Carolyn’s Sunday column (both of her weekend columns come out Friday afternoon) features a letter from a woman who feels that her daughter-in-law is too nosy:
How do I handle the multitude of questions that come from my daughter-in-law regarding activities or trips I’m taking? To my son I say, “I’m going to the mountains for the weekend.” He responds, “Sounds like fun,” and that is it.
Daughter-in-law says, rapid-fire, “When are you leaving, is X going with you, what will you do there, when will you be back?” I know it is her nature to be a bit nosy and I have nothing to hide, so I find myself pouring everything out like she was a soul-sister.
Unfortunately, she stores the information and later throws little digs my way, like she is keeping a scorecard on where I go and whom I’m with. Her timing with these digs is remarkable, always implying that I don’t spend equal time with her kids. I need help in not buying into her nosiness in the first place.
Wow. So, my personality and habits put me squarely in the MIL’s camp. I don’t proffer a lot of information and detail about my plans unless explicitly asked–and even then, sometimes the questions make me feel a little defensive (Why do you care what the conference is about that I’m going to?). I’ve completely neglected to mention trips I’m taking to my parents, because it didn’t come up in conversation, and it didn’t seem like it would have any bearing on what they were doing, so why bring it up?
But guess what? I’ve usually discovered that the people who are asking aren’t trying to control or interrogate me. On the contrary, they’re showing impressive interest in what’s often an incredibly boring and unfamiliar subject for them (text encoding?). They’re doing this because they care about me and are interested in what I’m up to. And because they want to be social and make conversation.
To them, responding to someone’s announcement of an upcoming trip with “Sounds like fun” and changing the subject would signal not, “I will respect your privacy” but rather “I couldn’t care less about your trip.” It shuts down friendly conversation, and an interesting topic, when one is right at hand.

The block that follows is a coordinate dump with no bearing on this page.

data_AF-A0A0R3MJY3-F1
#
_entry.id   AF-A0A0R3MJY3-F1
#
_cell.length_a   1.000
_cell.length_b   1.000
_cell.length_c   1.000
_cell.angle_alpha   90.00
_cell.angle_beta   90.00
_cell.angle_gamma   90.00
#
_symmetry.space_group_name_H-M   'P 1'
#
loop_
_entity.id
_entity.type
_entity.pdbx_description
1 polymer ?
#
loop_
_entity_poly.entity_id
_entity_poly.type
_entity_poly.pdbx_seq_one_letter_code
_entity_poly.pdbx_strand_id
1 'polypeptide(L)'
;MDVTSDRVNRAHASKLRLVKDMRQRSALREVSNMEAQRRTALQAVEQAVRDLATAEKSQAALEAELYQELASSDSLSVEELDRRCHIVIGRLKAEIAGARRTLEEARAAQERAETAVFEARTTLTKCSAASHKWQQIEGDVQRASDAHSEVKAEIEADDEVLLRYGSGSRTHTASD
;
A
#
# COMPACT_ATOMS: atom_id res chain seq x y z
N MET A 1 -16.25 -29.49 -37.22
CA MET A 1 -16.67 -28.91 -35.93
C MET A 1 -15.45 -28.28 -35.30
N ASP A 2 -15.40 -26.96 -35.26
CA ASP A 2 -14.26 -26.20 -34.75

SK’s family often asks detailed questions that throw me off guard, until I realize that they’re perfectly normal. I mean, why announce “I’m going to X!” unless you expect it to be followed up with questions like when, why, or with whom? Revealing this information to an inquiring family member, really, is not the same as “pouring everything out like she was a soul-sister.” And all questions feel “rapid fire” if you give monosyllabic answers. If you don’t want to talk about the trip, for Pete’s sake, don’t bring it up.
The piece about the DIL using the information later as ammunition complicates things, but I’m a bit skeptical of MIL’s report (probably because she equated sharing the details of her itinerary to pouring out her soul). I wonder about the apparently “remarkable” timing of these digs. A sentence like “Billy’s recital was so wonderful, we wish you could have been there, but it was during your trip to the mountains,” doesn’t seem that unreasonable or unlikely to me.
And, yes, it does seem like a guilt trip. But in that case, the real problem is MIL and DIL’s differing expectations of how much time they should spend together, not the DIL’s tendency to ask questions. Unless she says, “While Billy was giving his first public musical performance at 5 p.m., you were drinking hot toddies and playing bridge in the ski lodge with Doris and Steve,” I think it’s unlikely DIL is obsessively “storing information,” noting and cross-referencing MIL’s travel plans.
Instead, it sounds to me like DIL is desperately trying to build a relationship with MIL, by asking lots of questions, making conversation, and wanting her to be around and spend time with the kids (can’t tell from the letter if these are MIL’s grandkids or stepgrandkids), while MIL is uninterested in, or threatened by, a relationship with that level of intimacy.
Carolyn was less sympathetic to the DIL than I was. I wasn’t thrilled with her answer. Nevertheless, her advice–which tells MIL how to set boundaries that she’s comfortable with–might be applicable even if DIL’s questions are totally innocent. MIL has the right to do things her own way in any case, and Carolyn’s answer will help her do that. It will certainly help her keep DIL at a (un)comfortable distance. But Carolyn is usually really good at encouraging folks to take an expansive and compassionate view of others’ motives, and I wish she’d done so here. It seems to me that DIL’s questions might be about so much more, and so much less, than just annoying and punishing MIL:
You do want to cut her ammunition supply, but she’ll always have something; the sniping is what you need to stop. Call your daughter-in-law on the nasty asides: “If there’s something I do that bothers you, please say so — I’m happy to talk about it.” This serves notice that her snark attacks don’t scare you — they only make her look petty. After that, ignore her jabs, except to say occasionally, “Is there something you’d like to say?”
Once you’ve established a firm boundary, you’ll be free to address her future inquisitions with prepared non-answers. Have a few handy that you can use in repertory: “So many questions!” “I’ll fax you a detailed itinerary.” “I’m touched that you care.” Or give your trip dates (which may be of legitimate use to her), then change the subject. With people who throw you off balance, anticipation serves as a brace.